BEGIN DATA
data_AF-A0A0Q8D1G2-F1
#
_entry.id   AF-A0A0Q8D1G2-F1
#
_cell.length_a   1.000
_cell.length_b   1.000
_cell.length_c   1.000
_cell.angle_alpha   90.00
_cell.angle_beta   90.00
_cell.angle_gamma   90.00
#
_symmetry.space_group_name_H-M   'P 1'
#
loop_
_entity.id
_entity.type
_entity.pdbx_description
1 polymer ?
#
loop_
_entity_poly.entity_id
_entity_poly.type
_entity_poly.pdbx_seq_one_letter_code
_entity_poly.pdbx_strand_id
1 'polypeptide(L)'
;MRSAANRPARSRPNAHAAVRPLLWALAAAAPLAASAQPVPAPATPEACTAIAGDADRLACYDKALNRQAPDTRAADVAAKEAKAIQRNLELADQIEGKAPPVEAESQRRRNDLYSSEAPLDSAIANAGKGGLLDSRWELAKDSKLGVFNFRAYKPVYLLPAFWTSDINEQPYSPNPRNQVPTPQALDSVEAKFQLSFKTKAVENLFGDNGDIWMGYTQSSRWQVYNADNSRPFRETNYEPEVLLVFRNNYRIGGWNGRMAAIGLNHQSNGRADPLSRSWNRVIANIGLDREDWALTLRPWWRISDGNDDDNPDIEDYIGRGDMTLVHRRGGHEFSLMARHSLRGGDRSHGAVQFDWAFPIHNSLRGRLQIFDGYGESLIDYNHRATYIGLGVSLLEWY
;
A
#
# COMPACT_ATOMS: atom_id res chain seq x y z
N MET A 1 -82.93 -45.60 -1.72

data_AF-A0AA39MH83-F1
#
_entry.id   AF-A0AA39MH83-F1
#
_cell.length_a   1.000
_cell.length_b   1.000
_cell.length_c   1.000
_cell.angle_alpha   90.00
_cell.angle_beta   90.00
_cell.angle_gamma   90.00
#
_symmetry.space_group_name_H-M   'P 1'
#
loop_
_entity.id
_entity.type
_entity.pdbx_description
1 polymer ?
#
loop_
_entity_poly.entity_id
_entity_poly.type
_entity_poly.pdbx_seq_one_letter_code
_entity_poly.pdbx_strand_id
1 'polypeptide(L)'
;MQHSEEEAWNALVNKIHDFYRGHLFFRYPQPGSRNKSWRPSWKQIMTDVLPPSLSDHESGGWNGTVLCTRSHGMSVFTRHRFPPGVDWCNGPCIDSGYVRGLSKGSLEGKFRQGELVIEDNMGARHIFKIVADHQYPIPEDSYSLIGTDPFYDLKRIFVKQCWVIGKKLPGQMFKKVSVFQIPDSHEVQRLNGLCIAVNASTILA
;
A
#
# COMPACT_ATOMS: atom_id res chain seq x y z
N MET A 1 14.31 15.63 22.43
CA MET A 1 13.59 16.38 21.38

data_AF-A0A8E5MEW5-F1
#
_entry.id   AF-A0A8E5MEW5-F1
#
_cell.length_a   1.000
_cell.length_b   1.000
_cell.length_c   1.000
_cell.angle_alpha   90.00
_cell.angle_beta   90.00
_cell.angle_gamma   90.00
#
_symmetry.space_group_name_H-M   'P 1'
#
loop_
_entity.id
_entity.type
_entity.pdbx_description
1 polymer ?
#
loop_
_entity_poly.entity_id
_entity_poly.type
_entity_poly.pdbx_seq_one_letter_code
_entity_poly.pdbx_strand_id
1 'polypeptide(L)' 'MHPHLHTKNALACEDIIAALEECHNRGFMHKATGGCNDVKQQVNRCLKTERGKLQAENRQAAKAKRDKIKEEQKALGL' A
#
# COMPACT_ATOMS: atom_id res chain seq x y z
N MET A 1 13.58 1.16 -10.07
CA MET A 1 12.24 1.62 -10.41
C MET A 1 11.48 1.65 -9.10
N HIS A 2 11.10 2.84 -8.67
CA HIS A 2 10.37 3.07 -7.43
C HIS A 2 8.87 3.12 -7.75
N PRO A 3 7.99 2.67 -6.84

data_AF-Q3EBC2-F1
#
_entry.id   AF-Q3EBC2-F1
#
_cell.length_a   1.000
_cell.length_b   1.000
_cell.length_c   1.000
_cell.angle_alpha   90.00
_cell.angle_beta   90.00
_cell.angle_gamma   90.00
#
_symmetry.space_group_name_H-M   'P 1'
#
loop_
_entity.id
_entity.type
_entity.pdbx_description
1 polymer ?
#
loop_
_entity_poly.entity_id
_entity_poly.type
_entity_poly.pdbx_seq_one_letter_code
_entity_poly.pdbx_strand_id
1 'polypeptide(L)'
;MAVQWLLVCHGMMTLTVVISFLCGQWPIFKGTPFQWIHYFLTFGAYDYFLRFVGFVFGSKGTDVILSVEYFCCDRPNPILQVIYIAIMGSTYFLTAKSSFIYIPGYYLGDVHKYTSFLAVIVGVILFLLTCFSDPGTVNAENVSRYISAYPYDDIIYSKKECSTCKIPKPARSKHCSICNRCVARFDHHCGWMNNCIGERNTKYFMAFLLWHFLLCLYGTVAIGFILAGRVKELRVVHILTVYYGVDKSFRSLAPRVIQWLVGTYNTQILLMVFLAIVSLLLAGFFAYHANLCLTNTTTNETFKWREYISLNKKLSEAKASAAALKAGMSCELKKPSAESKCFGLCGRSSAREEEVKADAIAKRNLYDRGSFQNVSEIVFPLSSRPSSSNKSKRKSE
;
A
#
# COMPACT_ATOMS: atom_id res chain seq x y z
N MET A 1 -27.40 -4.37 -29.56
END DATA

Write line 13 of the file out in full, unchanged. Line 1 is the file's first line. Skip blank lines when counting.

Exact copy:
#